Calgary

Calgary tries recycled tire sidewalks

Pedestrians in three Calgary neighbourhoods have a new spring in their steps thanks to an experimental kind of sidewalk the city is trying out.
The city is experimenting with recycled tire rubber as the material for new sidewalks in some Calgary districts. ((CBC))
Pedestrians in three Calgary neighbourhoods have a new spring in their steps thanks to an experimental kind of sidewalk the city is trying out.

Concrete is being replaced with recycled tire rubber on Charleswood Drive from Crowchild Trail to Capri Avenue N.W., on Kensington Road N.W. and on 85th Avenue at 24th Street S.E.

During a one-year pilot project, the city will monitor how well the material stands up against Calgary's harsh climate, said transportation engineer Blanka Bracic.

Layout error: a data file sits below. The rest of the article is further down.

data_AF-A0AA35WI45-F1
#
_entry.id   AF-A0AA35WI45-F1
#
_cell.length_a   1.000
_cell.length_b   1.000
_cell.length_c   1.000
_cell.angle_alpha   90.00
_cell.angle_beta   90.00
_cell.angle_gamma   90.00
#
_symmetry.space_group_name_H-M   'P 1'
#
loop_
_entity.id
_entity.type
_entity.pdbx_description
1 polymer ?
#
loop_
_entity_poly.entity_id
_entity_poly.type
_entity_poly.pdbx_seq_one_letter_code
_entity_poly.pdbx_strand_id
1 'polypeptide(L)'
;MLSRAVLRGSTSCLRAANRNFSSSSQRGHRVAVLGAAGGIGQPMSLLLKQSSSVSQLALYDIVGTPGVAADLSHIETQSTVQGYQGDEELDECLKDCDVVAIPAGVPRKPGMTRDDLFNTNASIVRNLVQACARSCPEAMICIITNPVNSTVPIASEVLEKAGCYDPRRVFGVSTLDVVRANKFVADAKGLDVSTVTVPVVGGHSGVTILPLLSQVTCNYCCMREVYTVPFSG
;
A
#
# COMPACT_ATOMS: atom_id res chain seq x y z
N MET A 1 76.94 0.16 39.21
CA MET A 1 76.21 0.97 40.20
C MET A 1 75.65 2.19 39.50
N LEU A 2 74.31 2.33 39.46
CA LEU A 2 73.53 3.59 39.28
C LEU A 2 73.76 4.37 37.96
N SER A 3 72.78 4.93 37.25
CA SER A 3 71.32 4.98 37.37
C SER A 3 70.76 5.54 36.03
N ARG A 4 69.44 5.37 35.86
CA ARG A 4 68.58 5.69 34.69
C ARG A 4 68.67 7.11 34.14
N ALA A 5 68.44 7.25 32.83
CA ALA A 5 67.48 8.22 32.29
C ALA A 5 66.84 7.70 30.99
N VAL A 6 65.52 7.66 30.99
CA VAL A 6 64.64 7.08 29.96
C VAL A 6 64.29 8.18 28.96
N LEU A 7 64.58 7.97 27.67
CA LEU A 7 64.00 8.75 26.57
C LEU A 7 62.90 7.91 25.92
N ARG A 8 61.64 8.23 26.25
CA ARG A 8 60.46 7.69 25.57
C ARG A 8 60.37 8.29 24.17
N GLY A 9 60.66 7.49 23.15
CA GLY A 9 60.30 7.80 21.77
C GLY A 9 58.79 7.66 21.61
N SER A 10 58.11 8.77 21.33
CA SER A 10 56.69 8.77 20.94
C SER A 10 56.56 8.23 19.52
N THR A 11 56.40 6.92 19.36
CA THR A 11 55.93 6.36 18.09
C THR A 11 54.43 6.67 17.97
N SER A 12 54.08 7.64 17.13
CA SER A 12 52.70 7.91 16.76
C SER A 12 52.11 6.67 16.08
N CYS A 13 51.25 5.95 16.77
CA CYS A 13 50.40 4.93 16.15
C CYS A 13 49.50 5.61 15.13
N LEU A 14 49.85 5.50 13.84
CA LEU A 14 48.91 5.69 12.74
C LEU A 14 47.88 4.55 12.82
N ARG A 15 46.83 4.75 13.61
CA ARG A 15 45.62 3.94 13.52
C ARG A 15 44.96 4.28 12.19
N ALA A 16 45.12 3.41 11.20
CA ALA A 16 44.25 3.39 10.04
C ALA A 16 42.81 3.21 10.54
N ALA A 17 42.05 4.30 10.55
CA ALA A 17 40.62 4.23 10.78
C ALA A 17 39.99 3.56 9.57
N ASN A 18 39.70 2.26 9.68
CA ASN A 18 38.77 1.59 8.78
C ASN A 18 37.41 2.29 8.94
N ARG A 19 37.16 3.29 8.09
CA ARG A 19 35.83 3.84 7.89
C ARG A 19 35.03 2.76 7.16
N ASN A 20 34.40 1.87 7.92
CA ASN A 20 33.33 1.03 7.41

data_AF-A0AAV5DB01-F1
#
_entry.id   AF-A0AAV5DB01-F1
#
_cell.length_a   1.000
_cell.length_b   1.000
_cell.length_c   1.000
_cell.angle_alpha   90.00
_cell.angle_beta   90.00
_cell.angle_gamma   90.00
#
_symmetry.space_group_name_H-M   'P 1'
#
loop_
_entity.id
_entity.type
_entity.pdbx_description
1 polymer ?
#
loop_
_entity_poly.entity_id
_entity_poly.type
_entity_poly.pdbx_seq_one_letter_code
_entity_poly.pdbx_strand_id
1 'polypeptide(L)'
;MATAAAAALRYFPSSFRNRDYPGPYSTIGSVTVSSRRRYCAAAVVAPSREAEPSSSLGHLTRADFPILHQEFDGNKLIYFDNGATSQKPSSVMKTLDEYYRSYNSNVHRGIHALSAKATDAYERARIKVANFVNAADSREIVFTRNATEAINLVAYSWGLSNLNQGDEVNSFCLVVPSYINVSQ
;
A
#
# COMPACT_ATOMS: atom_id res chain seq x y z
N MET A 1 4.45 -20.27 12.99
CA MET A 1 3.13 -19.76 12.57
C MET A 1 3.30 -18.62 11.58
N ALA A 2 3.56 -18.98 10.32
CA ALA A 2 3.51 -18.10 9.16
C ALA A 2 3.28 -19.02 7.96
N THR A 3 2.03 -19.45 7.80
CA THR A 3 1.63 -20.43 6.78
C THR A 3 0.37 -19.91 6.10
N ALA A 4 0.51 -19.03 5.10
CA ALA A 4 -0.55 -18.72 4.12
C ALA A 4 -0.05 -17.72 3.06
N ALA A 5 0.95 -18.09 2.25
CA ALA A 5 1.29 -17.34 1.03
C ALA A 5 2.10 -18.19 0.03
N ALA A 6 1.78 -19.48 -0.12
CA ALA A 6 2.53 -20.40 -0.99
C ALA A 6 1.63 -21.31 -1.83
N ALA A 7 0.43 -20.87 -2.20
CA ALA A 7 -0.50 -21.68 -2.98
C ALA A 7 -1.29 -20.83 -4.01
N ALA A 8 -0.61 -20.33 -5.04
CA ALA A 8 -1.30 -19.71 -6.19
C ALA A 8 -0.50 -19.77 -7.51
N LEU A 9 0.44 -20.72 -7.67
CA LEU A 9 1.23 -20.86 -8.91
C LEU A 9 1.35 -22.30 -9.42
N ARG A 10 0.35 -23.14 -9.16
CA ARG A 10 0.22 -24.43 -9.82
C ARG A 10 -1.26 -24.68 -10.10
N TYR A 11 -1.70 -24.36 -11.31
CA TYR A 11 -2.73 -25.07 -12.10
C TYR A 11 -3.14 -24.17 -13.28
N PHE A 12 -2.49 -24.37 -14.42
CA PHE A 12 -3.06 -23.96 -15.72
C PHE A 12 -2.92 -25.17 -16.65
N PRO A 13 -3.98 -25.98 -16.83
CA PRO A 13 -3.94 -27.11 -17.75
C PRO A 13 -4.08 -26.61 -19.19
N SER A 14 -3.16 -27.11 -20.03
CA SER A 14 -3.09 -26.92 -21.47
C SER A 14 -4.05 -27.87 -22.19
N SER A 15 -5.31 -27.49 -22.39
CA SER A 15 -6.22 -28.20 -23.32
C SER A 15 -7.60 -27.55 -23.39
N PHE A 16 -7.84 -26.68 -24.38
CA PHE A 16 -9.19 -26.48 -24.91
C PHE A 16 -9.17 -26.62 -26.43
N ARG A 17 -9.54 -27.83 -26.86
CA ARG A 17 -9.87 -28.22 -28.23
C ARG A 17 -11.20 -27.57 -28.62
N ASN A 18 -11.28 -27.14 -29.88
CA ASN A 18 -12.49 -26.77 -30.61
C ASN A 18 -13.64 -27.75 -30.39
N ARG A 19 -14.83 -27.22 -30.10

"We'll be watching carefully for any frost-heaving action," she said. "As well, how does the material perform when we put sanding materials or salt or anything like that. How does it respond to being shoveled or swept."

The rubber sidewalks cost about the same as concrete ones, but because they don't crack, they should be less expensive to maintain, Bracic said.

It is expected the new red-tinted sidewalk — which has the appearance of stamped concrete — will direct water into the soil, reducing run-off in storm drains. The rubber also absorbs sound, making streets quieter, the city said.

"We're conserving resources by reusing tires that would otherwise go to the landfill," Bracic said.

The city is encouraging anyone with comments about the sidewalks to call 311.

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